Just about every time I have hired a new employee, vendor or consultant, the person has helped me make more money. Those that don’t add money to my bottom line are not around for very long.
To grow your business and increase revenues and profits you need a good team. As challenging as you think hiring might be, you can’t be in three places at once doing six jobs by yourself. Relying on cheap labor from your family has serious limitations when it comes to growth.
How do you decide the job duties for that new employee(s)? Here are three simple tips:
1. Think about what makes you jump out of bed in the morning. Chances are these are the things you like to do most and where you’re probably at your best. Don’t bring in another set of hands for those jobs.
2. Write down the things you don’t like to do, don't know how to do, and where you just aren't skilled. Be honest! For these things it’s perfectly OK -- and more efficient -- to have someone else handle them.
3. What other areas of your business need to be addressed? What are the skill sets they require? Is it an assistant to deal with the manufacturer when you have a big order? Or a salesperson or a sales force if that’s the least favorite part of your work? What about a bookkeeper to take charge of getting your invoices out on time?
I’ve met women with great business concepts who would be $100,000 ahead if they just hired a virtual assistant to book their appointments. It can be that simple.
In December, small businesses added 144,000 employees, triple the number from November. I was one of those business owners. We welcomed a new marketing officer in December. This year hiring is expected to be at its strongest since 2008. According to an early January Wall Street Journal article, 54 percent of small business owners are expected to increase their employee count this year. So the time to act is now while there is talent available.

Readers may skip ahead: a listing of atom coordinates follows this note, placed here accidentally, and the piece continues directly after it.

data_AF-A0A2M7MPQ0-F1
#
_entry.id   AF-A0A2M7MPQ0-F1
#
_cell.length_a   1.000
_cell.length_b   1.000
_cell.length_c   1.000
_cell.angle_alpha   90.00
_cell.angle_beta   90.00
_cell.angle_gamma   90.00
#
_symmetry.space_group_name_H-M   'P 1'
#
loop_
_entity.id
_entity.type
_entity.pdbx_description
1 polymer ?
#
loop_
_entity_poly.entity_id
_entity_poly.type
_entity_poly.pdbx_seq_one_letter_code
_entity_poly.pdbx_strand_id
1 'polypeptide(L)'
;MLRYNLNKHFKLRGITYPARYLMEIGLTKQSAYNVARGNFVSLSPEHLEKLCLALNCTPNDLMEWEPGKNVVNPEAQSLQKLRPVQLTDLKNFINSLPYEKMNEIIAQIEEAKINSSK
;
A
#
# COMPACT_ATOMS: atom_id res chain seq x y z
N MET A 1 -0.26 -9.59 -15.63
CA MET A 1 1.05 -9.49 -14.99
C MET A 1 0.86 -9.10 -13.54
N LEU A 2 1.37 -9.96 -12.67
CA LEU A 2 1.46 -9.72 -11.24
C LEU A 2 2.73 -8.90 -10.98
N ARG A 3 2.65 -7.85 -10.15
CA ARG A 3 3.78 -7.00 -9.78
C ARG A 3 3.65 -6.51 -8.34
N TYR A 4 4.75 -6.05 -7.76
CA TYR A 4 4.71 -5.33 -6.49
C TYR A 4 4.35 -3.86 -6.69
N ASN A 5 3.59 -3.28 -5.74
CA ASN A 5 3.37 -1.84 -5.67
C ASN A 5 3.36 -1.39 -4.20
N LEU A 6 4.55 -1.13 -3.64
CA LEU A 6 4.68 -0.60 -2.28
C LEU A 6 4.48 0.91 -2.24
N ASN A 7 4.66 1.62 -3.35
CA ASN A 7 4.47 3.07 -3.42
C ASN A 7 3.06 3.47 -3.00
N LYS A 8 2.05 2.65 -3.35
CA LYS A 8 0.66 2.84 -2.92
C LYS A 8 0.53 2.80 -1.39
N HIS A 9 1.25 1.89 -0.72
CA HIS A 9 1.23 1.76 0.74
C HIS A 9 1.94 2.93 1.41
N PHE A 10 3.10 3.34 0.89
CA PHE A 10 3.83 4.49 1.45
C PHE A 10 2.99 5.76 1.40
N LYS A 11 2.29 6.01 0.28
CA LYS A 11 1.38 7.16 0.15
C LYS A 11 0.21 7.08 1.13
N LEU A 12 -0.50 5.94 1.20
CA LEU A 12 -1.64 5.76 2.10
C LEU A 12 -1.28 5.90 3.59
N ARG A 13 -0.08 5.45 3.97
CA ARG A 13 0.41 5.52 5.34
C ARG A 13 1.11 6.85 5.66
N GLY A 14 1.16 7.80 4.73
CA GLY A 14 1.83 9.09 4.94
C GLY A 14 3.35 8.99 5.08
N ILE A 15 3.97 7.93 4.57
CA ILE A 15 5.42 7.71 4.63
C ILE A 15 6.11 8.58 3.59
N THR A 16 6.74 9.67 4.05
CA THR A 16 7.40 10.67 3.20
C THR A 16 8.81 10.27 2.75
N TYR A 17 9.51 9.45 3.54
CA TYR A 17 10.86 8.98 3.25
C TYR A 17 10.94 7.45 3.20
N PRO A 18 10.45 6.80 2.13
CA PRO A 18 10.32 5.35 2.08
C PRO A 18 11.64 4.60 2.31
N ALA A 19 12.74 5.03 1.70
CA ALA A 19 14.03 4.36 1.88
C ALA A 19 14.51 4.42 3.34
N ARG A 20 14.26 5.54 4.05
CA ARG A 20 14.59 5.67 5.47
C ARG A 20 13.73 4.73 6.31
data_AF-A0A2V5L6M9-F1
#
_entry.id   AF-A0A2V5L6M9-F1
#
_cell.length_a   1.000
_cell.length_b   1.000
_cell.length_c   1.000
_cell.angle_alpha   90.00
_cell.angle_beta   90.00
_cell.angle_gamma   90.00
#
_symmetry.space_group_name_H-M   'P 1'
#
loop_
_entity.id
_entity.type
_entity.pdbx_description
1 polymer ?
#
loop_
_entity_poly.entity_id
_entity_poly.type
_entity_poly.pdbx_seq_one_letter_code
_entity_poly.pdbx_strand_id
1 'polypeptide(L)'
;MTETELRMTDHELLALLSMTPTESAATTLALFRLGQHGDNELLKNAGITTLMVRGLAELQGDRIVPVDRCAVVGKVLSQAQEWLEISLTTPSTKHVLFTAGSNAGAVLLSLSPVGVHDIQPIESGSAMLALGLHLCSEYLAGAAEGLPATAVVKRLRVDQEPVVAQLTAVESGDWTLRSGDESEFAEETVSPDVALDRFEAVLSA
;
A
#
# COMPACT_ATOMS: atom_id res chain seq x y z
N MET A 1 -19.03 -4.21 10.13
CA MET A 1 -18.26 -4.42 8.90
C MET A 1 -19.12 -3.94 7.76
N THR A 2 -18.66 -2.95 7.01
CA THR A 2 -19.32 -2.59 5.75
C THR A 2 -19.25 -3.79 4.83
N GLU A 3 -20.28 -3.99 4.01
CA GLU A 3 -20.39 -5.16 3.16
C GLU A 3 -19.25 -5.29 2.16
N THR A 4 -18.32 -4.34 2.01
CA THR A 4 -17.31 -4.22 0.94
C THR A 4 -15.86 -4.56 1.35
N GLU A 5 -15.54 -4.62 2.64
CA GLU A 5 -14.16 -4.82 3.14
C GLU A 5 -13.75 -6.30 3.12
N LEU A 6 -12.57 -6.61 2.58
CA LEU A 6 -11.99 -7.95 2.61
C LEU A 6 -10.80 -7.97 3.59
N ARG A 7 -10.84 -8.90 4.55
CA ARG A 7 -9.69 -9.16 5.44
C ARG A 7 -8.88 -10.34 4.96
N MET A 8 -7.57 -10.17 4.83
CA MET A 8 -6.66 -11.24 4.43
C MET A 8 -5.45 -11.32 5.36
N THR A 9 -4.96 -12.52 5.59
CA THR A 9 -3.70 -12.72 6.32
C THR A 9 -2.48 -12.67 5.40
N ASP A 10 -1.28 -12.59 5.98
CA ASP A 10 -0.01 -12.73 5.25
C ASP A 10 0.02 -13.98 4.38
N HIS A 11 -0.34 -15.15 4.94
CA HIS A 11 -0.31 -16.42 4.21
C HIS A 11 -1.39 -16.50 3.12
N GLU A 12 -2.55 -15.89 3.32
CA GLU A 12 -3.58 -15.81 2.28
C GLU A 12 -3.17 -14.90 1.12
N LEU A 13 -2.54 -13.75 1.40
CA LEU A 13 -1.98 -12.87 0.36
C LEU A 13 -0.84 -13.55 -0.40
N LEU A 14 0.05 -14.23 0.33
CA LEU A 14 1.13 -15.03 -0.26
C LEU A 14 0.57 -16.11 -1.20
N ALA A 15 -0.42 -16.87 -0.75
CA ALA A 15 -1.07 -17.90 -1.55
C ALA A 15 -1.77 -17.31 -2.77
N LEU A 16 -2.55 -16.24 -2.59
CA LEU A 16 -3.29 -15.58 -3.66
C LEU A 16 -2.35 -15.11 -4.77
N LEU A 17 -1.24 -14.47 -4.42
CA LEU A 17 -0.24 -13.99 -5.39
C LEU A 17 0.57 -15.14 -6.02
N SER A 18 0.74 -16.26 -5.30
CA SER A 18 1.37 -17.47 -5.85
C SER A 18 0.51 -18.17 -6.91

So, how do you find that person who can help you the most? Look for people who will help you make money. They must fit into the kind of business you’re growing. In fact, hiring should be part of your strategic growth plan. Your vision for your business must include the kind of people who would be working in that business, along with the skills and personality traits that will make a person successful in a given job. With these, you can compile job descriptions, as well as frame interviews with potential applicants.
Remember: Your employees are the most important aspect of your business. Don’t hire the first person you like. Commit to meeting a number of people and keep your vision clear and at the forefront.
If you want to catch Nell in action, she’ll be speaking on the Spark & Hustle national tour in Los Angeles on February 3-4, Tulsa on February 10-11, and New York on March 10-12.
Nell Merlino is the Founder and President of Count Me In for Women’s Economic Independence, the leading national not-for-profit provider of resources for women to grow their micro businesses into million $ enterprises. She is the creative force behind Take Our Daughters to Work Day and the author of “Stepping Out of Line: Lessons for Women Who Want It Their Way in Life, in Love, and at Work,” from Broadway Books, which is available on Amazon.com.